>Huzzah editing for the confused. I'm not at the stage yet to tighten up but this post is getting printed out and being pinned to the wall when that scary moment comes. I'm so guilty with a love affair of gerunds, now I have a word for it!

  • Katie Hart – Freelance Writer

    >Now I just need tips for making a manuscript LONGER. I tend to write very tight – I think it comes from years of writing book reviews.

  • Dara

    >My downfall is passive voice. For some reason, I default into writing that way. I've been trying to fix it though to make my writing stronger :)

    I've also found that "suddenly" is a word I love to use; I'm on guard for it every time when I write. Now if only I could extend that to the passive voice issue…

  • Teri D. Smith

    >I have a "search and destroy" list on a note card with words like this. I seldom use -ly words so they're not on it, but I put weak verbs like got, put, went, etc.

    I also use a program that tells me how many times a word is used in a chapter. Nothing wrong with the word "interview" but I used it way too many times in one scene.

    I'm going to compare my list with yours now to see if there's anything else I can add to my note card.

  • Liz

    >I thoroughly enjoyed this post, so helpful. My biggest problem? Unnecessary back-story. For some reason, I always feel the need to work in a character's childhood skirmish with a bully named Towanda in the middle of a romance scene. Working on this could take a lifetime. :)

  • Arabella

    >Most people do need to edit and weed their manuscripts (myself included). However, I don't understand the fad for so-called "tight" writing. Writing is all about style, and we've gotten so succinct in our writing that we jump into action on the first page (which is appalling), and we use series of fragment sentences instead of long, grammatical sentences. Good writing needs transitions, adverbs are fine when used properly, and passive voice is perfectly acceptable to me in the right context (it doesn't actually break any grammar rules).
    If you want to alienate me as a reader, go ahead and make certain that your writing is tight instead of descriptive, lacks transitions, throws me into the action immediately, and, to be sure, use all kinds of fragments–they're a sign of tight writing.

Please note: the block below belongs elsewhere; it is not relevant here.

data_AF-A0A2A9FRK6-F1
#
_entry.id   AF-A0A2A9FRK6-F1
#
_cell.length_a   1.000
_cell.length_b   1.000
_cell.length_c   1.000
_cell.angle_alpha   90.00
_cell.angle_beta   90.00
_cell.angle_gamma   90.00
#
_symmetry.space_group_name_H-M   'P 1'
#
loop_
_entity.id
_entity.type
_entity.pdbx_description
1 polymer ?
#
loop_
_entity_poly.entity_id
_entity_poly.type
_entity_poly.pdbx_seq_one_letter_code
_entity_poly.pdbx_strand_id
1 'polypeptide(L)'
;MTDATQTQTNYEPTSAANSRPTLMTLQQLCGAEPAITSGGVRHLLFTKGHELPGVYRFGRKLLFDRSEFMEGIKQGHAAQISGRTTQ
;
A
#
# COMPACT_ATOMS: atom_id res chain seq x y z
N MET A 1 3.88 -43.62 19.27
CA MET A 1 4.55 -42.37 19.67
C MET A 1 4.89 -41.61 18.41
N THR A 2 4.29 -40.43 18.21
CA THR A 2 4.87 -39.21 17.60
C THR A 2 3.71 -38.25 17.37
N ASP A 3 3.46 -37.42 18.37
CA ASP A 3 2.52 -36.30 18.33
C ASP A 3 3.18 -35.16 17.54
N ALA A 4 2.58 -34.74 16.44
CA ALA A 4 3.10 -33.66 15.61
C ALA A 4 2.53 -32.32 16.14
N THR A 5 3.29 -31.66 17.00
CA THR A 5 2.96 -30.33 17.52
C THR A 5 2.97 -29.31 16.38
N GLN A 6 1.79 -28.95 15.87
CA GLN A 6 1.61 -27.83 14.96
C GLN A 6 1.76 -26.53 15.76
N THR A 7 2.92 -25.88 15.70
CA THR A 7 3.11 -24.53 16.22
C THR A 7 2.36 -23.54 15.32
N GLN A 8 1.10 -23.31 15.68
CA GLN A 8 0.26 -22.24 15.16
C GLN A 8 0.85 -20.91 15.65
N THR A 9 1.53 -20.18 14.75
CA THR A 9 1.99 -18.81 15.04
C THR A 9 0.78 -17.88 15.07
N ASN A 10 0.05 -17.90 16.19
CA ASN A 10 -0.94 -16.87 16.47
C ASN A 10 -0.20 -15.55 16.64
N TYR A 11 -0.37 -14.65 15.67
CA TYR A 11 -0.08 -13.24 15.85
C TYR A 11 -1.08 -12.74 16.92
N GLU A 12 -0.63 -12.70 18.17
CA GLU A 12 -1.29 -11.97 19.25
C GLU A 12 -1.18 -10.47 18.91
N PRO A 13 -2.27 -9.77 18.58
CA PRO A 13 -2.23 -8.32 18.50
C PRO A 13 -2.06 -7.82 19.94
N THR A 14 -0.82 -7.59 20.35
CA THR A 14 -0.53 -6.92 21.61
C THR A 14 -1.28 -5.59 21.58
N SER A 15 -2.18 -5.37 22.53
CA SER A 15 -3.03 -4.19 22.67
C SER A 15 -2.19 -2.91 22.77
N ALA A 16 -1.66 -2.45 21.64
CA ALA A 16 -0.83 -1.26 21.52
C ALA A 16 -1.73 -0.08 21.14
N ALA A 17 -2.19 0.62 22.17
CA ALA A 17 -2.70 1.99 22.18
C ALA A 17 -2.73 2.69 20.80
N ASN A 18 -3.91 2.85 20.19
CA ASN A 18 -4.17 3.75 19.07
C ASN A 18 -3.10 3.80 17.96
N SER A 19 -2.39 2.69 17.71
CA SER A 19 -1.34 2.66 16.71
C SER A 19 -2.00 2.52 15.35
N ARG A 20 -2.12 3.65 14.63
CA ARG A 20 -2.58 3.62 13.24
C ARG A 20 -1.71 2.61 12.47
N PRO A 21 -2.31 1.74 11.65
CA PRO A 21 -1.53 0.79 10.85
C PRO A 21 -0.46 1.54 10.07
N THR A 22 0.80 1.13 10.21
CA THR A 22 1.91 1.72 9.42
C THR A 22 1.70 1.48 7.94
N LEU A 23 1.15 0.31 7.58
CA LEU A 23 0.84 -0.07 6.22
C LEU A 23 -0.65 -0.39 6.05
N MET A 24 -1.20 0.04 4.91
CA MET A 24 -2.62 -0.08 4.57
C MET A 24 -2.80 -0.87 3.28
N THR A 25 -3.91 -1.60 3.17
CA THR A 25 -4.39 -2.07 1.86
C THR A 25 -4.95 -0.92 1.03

• Gwen Stewart–Singer-Scribe

    >The search option on Word is awesome! Beware search and replace though. I recently changed a character's name from Bill to Bob using that feature. Then I had characters taking bobs out of their wallets and throwing them on the tables. (heh)

  • Joylene Nowell Butler

    >Cmmonsense is always a good thing. Thanks for the list, Rachelle. Could I have your permission to repost it on my blog in the near future?

  • Liberty Speidel

    >Definitely needed that since I'm in edit mode. Thanks for sharing!

  • Catherine West

    >Thanks for the reminder. Very timely as I am knee-deep in revisions now…yes, I AM. Really. :0) If only I had a printer at the cottage…I suppose I could write out your post by hand…

  • Crystal

    >Thanks for this post, Rachelle! It will definitely be helpful in revisions. I'm posting a link to this from my blog. I think it's good for all aspiring writers to review these things.

    Greatly appreciated! :)

  • Eric

    >Wow, some of these I knew about but some I didn't. Thanks for providing such a complete list. Great post, as always.

  • Sarah

    >Thanks for the post! It will help me a lot. I am guilty of unknowingly using unnecessary words. :)

  • FictionGroupie

    >Great information! I spent last week murdering many an -ly adverb in revising, so this adds more things to look out for as I go. Thanks!

  • Anonymous

    >I have the opposite problem. I write middle grade and all of my work comes in between 25,000 and 30,000 words. I don't plan it this way but it always happens! Any advice on fattening things up?

  • Heart2Heart

    >Rachelle,